Last week Barclays unboxed Pingit -- the service that allows mobile users with a Barclays current account to ping people up to £300 a day via the Pingit app on their smart phone. It works by linking a bank account with a mobile user's phone number in your contacts book, and is designed for settling small IOUs among friends.
In order to send or receive money via Barclays Pingit, mobile users must
register for the service -- handing over their mobile number and bank
account details and jumping through a series of security hoops to ensure
they are properly verified. To receive money via Pingit, all that's
needed is a mobile capable of receiving an SMS and a sign-up to the service.
Thisismoney.co.uk reckons rival UK banks are scrambling to unleash their own money transfer services because Barclays has signalled it will open up Pingit to customers of other banks "soon". The finance website claims Royal Bank of Scotland, owner of NatWest, and Lloyds Banking Group are both looking to launch similar services, although HSBC reportedly has no current plans to launch a mobile money transfer app or service.
Non-Barclays customers can't yet send cash but can still register to receive payments. This gives Barclays the opportunity to market its services to customers of other banks, reckons thisismoney.co.uk. Barclays' head-start on rivals could turn Pingit into the industry standard, the site predicts.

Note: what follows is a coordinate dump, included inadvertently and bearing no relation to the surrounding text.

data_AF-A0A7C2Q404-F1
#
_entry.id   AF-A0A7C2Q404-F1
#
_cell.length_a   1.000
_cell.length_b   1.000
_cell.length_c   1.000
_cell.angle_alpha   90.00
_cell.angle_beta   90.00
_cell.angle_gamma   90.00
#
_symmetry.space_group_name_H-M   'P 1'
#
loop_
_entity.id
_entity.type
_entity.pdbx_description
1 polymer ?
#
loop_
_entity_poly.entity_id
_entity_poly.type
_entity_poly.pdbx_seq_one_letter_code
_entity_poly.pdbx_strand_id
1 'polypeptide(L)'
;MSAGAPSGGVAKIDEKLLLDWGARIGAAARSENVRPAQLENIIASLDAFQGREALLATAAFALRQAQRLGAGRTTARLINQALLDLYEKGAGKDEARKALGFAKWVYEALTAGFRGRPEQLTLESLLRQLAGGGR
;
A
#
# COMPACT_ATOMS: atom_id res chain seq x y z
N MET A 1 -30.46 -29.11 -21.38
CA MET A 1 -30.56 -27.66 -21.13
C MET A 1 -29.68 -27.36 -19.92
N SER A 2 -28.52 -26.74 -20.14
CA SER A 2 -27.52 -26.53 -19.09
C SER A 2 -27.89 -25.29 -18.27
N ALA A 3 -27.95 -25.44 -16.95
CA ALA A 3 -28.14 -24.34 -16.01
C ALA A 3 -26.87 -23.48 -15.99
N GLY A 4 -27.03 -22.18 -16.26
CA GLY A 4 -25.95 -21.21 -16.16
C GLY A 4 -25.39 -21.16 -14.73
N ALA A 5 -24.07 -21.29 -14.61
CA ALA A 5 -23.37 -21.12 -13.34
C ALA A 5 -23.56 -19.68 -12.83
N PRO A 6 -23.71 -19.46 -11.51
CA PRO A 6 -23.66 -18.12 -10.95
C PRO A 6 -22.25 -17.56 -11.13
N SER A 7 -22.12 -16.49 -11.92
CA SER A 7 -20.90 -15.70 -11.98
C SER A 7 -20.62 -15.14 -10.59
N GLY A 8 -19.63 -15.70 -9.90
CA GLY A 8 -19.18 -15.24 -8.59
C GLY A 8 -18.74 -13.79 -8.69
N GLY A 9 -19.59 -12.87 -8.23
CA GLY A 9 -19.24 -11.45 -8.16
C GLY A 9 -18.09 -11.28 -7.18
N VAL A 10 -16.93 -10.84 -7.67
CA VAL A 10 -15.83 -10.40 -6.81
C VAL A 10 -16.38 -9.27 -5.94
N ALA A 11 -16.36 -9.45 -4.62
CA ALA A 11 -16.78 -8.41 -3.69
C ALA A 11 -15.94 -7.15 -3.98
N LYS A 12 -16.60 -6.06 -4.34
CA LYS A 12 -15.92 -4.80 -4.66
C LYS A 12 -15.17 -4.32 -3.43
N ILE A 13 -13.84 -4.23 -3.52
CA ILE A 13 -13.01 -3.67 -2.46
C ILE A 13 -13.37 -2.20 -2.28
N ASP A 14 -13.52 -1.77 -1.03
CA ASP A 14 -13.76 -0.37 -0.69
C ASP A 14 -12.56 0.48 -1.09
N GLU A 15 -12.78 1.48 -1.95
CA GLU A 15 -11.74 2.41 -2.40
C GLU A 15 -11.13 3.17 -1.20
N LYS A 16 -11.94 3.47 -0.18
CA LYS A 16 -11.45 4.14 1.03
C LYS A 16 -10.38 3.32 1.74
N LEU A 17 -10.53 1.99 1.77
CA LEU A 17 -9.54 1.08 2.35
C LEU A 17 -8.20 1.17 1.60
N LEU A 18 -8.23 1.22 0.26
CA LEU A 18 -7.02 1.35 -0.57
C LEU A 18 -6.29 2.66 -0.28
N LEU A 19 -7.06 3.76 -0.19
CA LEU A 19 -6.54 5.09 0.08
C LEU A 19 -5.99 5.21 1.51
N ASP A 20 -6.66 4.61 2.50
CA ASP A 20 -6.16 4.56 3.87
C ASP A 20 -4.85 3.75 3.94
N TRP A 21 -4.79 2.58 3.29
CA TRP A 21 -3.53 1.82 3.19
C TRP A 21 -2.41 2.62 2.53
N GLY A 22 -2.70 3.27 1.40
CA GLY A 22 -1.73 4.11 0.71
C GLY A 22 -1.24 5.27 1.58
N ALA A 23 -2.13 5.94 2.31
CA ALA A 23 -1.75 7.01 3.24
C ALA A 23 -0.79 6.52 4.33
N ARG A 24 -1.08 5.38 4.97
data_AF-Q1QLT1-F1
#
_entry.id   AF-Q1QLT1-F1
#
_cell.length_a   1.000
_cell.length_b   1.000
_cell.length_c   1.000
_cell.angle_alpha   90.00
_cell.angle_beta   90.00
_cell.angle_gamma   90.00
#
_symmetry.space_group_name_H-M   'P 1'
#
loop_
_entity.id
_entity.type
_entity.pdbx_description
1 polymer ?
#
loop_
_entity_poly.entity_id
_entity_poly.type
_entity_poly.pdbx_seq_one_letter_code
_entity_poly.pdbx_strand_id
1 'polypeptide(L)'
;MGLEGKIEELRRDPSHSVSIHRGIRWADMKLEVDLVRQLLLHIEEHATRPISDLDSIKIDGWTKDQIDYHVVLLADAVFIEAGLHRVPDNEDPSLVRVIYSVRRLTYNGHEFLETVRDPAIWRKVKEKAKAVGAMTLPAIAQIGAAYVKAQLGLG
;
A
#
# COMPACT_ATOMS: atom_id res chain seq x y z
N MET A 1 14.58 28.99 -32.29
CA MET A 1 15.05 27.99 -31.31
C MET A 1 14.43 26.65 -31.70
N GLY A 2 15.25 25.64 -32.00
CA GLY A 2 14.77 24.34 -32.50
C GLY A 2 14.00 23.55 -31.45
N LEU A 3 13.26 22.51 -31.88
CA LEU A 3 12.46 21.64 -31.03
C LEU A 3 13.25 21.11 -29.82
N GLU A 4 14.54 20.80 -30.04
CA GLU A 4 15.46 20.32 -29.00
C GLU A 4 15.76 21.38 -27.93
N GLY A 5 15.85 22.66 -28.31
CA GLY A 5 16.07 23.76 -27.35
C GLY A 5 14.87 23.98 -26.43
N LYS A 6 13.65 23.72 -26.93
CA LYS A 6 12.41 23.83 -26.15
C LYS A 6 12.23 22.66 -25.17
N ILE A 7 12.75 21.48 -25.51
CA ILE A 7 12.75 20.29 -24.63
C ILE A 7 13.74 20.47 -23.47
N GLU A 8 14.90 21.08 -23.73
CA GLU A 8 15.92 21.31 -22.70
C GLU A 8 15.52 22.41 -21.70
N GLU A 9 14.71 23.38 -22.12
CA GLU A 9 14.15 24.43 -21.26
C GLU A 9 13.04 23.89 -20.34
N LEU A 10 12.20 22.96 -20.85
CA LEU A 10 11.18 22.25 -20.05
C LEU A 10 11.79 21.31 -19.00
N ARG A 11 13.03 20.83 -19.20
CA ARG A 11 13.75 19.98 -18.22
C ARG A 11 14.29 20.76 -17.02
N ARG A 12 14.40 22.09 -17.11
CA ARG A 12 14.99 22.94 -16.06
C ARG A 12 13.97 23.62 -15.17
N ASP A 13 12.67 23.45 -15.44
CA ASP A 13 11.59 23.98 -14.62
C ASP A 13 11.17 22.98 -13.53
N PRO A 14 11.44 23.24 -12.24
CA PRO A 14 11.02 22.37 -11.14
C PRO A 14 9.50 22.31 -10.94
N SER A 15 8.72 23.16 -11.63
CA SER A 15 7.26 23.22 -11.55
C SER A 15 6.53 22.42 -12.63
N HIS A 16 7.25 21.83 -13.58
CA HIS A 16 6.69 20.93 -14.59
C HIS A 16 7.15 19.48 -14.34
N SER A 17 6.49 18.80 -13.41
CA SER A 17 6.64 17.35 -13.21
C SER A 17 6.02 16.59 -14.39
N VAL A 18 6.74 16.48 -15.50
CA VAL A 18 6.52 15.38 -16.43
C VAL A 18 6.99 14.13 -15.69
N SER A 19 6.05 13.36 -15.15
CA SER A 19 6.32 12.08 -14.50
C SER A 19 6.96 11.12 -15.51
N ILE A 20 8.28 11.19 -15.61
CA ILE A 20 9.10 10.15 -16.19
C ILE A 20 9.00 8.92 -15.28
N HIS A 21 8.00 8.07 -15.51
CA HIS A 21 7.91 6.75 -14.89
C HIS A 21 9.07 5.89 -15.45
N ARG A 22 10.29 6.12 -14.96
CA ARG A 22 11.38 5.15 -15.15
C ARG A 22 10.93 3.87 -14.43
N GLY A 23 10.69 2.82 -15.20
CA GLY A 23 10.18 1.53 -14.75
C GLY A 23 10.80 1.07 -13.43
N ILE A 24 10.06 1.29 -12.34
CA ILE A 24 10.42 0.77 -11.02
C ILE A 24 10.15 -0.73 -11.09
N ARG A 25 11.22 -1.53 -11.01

Mobiles and money have been linked before via near field communication (NFC). This contactless swipe-to-pay technology has been embedded in a limited range of mobiles, including some BlackBerry handsets running the BlackBerry 7.1 OS and the Google Wallet handset, which launched in the US last year but has yet to make it over the pond.
While Pingit is designed for individuals to ping money to each other, NFC is aimed at quick low-value transactions in shops, as you swipe the phone over a reader. However, two NFC-enabled phones can also be used to transfer money between them, by touching them together. The latest version of PayPal's Android app adds an NFC transfer feature.
The downside of NFC transfers is that you do have to be in the same room as your payee. But you don't have to give away your mobile number to splash a little cash.
Have you managed to successfully ping a pony to your mobile mates? Let us know what you think of Pingit in the comments below or brag about the speed of your transfers on our Facebook page.